“Saying ‘I am sorry’ does not heal the dog’s bite.”

“It won’t happen again!”

“I will make sure of it. Because what if you are wrong, Nephew? Such treatment is unacceptable, whatever the child. But what if he is as powerful as it seems? What then?”

The mansa crossed his arms, shielding himself against a question he did not like and an answer he could not quite bring himself to contemplate.

“Can you deny that it is within the bounds of possibility, however unlikely you think it?”

That frown surely terrified many, but Magnus merely waited it out.

“I cannot deny it. Even though I am sure you are wrong, Uncle.”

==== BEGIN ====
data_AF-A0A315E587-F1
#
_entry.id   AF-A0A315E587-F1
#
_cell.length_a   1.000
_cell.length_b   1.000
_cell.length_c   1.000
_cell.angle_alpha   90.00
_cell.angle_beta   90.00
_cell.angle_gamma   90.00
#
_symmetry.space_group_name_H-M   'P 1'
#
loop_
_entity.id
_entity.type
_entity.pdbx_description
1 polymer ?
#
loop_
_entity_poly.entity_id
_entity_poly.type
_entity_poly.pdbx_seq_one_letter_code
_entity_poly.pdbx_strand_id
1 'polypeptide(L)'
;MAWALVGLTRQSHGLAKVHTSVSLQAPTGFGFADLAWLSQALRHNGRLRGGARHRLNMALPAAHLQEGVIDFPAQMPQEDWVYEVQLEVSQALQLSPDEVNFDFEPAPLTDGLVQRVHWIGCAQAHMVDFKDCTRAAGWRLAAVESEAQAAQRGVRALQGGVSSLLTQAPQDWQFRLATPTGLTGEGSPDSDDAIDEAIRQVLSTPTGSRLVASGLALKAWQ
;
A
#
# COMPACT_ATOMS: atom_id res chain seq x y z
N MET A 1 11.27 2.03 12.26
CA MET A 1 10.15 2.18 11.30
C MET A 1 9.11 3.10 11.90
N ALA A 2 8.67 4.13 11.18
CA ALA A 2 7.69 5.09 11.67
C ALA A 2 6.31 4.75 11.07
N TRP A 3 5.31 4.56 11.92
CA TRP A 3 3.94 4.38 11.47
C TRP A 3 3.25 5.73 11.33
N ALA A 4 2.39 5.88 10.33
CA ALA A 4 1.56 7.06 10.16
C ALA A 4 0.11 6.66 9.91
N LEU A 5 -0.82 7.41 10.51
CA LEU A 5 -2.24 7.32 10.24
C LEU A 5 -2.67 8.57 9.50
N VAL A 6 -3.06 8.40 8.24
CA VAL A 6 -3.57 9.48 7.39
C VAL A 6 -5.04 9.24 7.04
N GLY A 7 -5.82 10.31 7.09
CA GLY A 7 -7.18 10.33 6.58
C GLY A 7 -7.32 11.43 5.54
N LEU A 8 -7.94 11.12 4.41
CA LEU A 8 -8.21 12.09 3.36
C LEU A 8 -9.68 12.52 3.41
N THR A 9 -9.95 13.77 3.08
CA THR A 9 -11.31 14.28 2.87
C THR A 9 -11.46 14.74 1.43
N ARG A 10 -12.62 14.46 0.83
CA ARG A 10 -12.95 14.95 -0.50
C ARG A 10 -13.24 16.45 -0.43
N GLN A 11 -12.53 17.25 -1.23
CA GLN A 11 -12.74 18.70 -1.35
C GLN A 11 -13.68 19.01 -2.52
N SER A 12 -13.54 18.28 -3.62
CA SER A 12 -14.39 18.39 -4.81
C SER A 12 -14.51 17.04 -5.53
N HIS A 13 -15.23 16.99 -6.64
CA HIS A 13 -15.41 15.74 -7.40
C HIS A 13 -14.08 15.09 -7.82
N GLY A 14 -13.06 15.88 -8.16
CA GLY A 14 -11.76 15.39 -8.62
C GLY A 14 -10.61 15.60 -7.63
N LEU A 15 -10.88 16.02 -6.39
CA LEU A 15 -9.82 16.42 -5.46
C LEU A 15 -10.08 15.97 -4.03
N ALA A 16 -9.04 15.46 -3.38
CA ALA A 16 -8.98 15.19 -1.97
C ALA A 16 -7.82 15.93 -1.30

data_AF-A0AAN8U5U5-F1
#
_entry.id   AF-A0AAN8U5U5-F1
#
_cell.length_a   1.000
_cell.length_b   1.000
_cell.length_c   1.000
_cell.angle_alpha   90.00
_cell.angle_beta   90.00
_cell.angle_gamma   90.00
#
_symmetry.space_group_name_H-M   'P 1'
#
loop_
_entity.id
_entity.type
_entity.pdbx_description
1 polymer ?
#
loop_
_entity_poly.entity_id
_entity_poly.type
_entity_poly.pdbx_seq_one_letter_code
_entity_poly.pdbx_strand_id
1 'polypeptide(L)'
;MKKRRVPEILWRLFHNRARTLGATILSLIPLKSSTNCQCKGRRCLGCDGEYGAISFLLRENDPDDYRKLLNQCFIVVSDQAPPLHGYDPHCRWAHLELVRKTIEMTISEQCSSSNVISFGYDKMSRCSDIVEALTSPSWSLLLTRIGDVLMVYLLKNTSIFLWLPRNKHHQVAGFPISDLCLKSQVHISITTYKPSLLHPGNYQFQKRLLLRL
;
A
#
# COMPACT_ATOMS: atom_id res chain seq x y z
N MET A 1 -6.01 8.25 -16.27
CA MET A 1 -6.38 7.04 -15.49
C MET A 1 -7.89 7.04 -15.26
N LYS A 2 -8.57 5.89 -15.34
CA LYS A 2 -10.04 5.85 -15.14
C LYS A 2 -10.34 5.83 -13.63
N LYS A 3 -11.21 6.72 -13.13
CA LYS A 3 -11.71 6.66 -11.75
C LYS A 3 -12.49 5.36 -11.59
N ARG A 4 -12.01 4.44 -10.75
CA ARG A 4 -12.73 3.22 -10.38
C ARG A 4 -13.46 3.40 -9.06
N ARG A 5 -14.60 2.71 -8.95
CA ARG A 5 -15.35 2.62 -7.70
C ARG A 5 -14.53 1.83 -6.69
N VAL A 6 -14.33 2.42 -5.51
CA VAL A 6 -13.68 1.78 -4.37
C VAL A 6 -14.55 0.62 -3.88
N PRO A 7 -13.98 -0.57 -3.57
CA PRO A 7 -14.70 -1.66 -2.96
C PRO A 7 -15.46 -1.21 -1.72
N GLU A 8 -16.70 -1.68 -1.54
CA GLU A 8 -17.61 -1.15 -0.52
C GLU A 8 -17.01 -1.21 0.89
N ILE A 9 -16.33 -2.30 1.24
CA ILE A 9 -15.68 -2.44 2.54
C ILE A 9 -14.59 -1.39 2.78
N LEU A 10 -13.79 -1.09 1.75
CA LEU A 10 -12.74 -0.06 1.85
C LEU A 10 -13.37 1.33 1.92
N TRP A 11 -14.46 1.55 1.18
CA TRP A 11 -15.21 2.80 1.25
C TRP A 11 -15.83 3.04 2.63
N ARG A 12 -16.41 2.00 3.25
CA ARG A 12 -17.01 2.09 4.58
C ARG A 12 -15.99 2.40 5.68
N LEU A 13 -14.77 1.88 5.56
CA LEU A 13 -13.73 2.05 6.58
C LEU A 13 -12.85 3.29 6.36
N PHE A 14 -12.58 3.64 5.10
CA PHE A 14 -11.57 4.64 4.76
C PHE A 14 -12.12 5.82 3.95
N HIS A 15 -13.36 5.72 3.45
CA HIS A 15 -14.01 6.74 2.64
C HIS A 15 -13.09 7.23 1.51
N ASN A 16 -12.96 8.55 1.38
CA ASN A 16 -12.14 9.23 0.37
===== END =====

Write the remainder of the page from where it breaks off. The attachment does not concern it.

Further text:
“Consider the matter carefully as you proceed. That is my advice. Now you may go. I know you have many demands on your valuable time.”

After all this, the mansa remembered the manners his mother had taught him. He dropped his gaze respectfully. “I hear what you are saying. As for the boys’ hall, the women’s council will have final say on the matter. They have already made quite clear to me this morning that they are not pleased the situation was allowed to go so far. I have had an earful.”

Magnus would have clucked sympathetically under other circumstances, having himself had to sit through more than one scolding by the women’s council at other mage Houses where he had been engaged on a building project, although mercifully it had never been his behavior being censured. He could not bring himself to feel sympathy now, however, and perhaps his stolid silence prodded his nephew to continue more graciously.